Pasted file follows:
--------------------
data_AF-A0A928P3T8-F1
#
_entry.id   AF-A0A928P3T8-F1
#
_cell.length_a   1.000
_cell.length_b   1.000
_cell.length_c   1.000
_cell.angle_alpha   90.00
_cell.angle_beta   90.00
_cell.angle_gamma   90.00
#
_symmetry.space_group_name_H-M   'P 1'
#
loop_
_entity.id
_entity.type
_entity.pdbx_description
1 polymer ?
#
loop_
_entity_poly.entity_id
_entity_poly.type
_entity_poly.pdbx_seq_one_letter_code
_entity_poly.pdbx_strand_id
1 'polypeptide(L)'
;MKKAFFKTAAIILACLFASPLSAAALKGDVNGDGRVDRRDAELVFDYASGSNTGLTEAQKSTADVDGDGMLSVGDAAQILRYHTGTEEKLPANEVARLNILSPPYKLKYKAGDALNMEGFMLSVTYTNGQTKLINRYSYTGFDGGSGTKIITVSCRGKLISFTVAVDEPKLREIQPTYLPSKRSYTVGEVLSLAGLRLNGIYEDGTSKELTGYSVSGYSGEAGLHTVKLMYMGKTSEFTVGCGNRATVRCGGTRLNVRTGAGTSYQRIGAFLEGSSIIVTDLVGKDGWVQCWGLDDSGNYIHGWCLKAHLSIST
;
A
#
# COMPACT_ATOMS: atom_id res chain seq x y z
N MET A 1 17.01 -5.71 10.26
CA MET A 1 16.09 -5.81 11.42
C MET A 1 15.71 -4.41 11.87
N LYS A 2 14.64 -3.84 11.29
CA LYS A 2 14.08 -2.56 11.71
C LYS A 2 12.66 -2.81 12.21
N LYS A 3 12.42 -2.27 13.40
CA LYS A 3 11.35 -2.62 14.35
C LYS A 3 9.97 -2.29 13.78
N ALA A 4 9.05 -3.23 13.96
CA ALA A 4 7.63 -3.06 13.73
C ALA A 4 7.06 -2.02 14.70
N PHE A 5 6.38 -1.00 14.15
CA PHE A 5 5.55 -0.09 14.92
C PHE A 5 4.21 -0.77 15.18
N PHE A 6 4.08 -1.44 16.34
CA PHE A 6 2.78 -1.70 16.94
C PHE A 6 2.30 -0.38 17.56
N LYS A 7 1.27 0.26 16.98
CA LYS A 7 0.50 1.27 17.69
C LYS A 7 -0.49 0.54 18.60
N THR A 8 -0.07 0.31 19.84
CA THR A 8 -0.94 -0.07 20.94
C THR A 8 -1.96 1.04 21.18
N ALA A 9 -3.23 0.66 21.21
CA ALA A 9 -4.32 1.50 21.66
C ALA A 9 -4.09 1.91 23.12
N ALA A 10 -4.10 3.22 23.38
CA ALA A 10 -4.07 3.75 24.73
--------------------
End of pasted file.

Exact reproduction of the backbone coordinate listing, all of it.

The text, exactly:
data_AF-A0A928P3T8-F1
#
_entry.id   AF-A0A928P3T8-F1
#
_cell.length_a   1.000
_cell.length_b   1.000
_cell.length_c   1.000
_cell.angle_alpha   90.00
_cell.angle_beta   90.00
_cell.angle_gamma   90.00
#
_symmetry.space_group_name_H-M   'P 1'
#
loop_
_entity.id
_entity.type
_entity.pdbx_description
1 polymer ?
#
loop_
_entity_poly.entity_id
_entity_poly.type
_entity_poly.pdbx_seq_one_letter_code
_entity_poly.pdbx_strand_id
1 'polypeptide(L)'
;MKKAFFKTAAIILACLFASPLSAAALKGDVNGDGRVDRRDAELVFDYASGSNTGLTEAQKSTADVDGDGMLSVGDAAQILRYHTGTEEKLPANEVARLNILSPPYKLKYKAGDALNMEGFMLSVTYTNGQTKLINRYSYTGFDGGSGTKIITVSCRGKLISFTVAVDEPKLREIQPTYLPSKRSYTVGEVLSLAGLRLNGIYEDGTSKELTGYSVSGYSGEAGLHTVKLMYMGKTSEFTVGCGNRATVRCGGTRLNVRTGAGTSYQRIGAFLEGSSIIVTDLVGKDGWVQCWGLDDSGNYIHGWCLKAHLSIST
;
A
#
# COMPACT_ATOMS: atom_id res chain seq x y z
N MET A 1 17.01 -5.71 10.26
CA MET A 1 16.09 -5.81 11.42
C MET A 1 15.71 -4.41 11.87
N LYS A 2 14.64 -3.84 11.29
CA LYS A 2 14.08 -2.56 11.71
C LYS A 2 12.66 -2.81 12.21
N LYS A 3 12.42 -2.27 13.40
CA LYS A 3 11.35 -2.62 14.35
C LYS A 3 9.97 -2.29 13.78
N ALA A 4 9.05 -3.23 13.96
CA ALA A 4 7.63 -3.06 13.73
C ALA A 4 7.06 -2.02 14.70
N PHE A 5 6.38 -1.00 14.15
CA PHE A 5 5.55 -0.09 14.92
C PHE A 5 4.21 -0.77 15.18
N PHE A 6 4.08 -1.44 16.34
CA PHE A 6 2.78 -1.70 16.94
C PHE A 6 2.30 -0.38 17.56
N LYS A 7 1.27 0.26 16.98
CA LYS A 7 0.50 1.27 17.69
C LYS A 7 -0.49 0.54 18.60
N THR A 8 -0.07 0.31 19.84
CA THR A 8 -0.94 -0.07 20.94
C THR A 8 -1.96 1.04 21.18
N ALA A 9 -3.23 0.66 21.21
CA ALA A 9 -4.32 1.50 21.66
C ALA A 9 -4.09 1.91 23.12
N ALA A 10 -4.10 3.22 23.38
CA ALA A 10 -4.07 3.75 24.73